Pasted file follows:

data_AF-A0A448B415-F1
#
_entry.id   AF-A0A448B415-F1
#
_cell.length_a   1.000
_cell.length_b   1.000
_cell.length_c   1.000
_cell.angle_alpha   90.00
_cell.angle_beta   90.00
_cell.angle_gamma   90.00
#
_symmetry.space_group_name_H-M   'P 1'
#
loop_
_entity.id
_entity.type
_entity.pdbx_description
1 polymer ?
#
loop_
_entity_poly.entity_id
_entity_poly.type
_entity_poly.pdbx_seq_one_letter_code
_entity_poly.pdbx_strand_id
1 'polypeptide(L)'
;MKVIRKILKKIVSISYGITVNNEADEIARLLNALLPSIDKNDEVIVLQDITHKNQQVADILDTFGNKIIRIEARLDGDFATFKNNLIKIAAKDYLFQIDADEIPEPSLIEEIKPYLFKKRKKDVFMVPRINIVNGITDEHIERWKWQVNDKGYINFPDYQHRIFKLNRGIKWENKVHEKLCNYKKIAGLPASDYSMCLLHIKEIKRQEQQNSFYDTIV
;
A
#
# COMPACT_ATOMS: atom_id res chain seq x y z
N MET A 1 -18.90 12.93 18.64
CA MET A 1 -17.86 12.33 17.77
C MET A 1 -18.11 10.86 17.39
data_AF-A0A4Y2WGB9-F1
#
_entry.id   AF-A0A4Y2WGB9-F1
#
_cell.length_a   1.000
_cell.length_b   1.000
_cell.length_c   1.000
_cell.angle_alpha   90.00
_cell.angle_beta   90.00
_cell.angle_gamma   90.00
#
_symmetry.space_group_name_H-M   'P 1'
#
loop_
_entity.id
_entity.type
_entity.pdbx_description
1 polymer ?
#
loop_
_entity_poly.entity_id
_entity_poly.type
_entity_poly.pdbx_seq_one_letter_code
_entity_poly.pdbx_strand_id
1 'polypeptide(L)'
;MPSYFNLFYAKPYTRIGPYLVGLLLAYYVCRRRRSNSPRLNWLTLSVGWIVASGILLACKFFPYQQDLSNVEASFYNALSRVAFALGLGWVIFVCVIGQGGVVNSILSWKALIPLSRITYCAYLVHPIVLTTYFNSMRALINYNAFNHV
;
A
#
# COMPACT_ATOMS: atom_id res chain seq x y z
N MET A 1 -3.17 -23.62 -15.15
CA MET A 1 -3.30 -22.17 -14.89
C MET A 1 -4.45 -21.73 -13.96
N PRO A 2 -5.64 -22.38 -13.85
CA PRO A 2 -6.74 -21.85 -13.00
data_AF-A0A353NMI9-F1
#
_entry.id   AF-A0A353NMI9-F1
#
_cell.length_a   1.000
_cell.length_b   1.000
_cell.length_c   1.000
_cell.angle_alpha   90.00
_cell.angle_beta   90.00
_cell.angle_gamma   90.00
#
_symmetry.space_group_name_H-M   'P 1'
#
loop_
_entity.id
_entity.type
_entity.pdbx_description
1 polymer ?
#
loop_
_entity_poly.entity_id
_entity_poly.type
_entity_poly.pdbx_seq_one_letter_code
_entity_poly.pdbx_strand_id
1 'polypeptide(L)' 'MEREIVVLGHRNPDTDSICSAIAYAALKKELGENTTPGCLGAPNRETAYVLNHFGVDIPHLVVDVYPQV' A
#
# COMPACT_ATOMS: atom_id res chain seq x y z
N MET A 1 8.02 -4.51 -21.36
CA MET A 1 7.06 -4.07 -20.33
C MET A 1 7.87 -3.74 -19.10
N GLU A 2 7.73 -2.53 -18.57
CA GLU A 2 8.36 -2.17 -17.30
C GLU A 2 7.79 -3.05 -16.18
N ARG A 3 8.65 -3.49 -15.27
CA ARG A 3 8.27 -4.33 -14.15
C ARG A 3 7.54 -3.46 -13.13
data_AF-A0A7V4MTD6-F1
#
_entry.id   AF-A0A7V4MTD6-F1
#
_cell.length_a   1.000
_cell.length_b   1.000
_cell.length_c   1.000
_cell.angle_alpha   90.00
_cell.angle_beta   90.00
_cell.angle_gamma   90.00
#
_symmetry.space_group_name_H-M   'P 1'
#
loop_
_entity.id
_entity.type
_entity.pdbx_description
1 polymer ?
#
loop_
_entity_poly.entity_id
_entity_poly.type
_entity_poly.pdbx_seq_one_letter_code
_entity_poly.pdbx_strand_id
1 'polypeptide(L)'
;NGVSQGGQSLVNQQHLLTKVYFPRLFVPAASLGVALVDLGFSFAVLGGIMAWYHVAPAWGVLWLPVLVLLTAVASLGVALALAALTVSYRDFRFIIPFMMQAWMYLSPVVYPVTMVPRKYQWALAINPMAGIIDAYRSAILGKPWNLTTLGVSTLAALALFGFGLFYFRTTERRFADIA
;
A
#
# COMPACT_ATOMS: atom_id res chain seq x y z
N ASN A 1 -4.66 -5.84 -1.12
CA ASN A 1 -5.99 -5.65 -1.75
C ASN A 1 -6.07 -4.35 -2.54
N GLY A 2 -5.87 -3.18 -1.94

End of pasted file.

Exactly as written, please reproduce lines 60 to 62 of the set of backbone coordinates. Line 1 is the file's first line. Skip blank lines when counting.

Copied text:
;
A
#